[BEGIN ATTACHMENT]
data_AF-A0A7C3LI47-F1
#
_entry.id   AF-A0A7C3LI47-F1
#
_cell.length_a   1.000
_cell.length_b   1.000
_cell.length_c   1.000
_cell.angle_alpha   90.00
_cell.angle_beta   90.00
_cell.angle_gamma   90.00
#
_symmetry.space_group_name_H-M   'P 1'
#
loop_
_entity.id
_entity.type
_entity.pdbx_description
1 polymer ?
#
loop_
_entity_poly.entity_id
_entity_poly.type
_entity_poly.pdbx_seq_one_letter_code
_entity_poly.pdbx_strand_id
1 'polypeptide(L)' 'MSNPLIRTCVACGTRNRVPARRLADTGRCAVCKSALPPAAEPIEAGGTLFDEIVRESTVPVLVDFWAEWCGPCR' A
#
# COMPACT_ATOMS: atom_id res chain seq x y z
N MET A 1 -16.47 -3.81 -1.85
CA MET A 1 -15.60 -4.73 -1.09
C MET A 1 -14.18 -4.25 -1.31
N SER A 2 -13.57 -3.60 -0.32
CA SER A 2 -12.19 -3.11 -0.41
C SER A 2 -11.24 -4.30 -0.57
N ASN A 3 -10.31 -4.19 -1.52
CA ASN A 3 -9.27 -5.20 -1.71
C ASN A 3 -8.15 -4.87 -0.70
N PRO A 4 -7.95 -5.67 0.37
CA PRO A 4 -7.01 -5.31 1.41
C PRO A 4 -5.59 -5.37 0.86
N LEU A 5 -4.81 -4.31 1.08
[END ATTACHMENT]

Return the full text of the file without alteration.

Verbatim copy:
data_AF-A0A7C3LI47-F1
#
_entry.id   AF-A0A7C3LI47-F1
#
_cell.length_a   1.000
_cell.length_b   1.000
_cell.length_c   1.000
_cell.angle_alpha   90.00
_cell.angle_beta   90.00
_cell.angle_gamma   90.00
#
_symmetry.space_group_name_H-M   'P 1'
#
loop_
_entity.id
_entity.type
_entity.pdbx_description
1 polymer ?
#
loop_
_entity_poly.entity_id
_entity_poly.type
_entity_poly.pdbx_seq_one_letter_code
_entity_poly.pdbx_strand_id
1 'polypeptide(L)' 'MSNPLIRTCVACGTRNRVPARRLADTGRCAVCKSALPPAAEPIEAGGTLFDEIVRESTVPVLVDFWAEWCGPCR' A
#
# COMPACT_ATOMS: atom_id res chain seq x y z
N MET A 1 -16.47 -3.81 -1.85
CA MET A 1 -15.60 -4.73 -1.09
C MET A 1 -14.18 -4.25 -1.31
N SER A 2 -13.57 -3.60 -0.32
CA SER A 2 -12.19 -3.11 -0.41
C SER A 2 -11.24 -4.30 -0.57
N ASN A 3 -10.31 -4.19 -1.52
CA ASN A 3 -9.27 -5.20 -1.71
C ASN A 3 -8.15 -4.87 -0.70
N PRO A 4 -7.95 -5.67 0.37
CA PRO A 4 -7.01 -5.31 1.41
C PRO A 4 -5.59 -5.37 0.86
N LEU A 5 -4.81 -4.31 1.08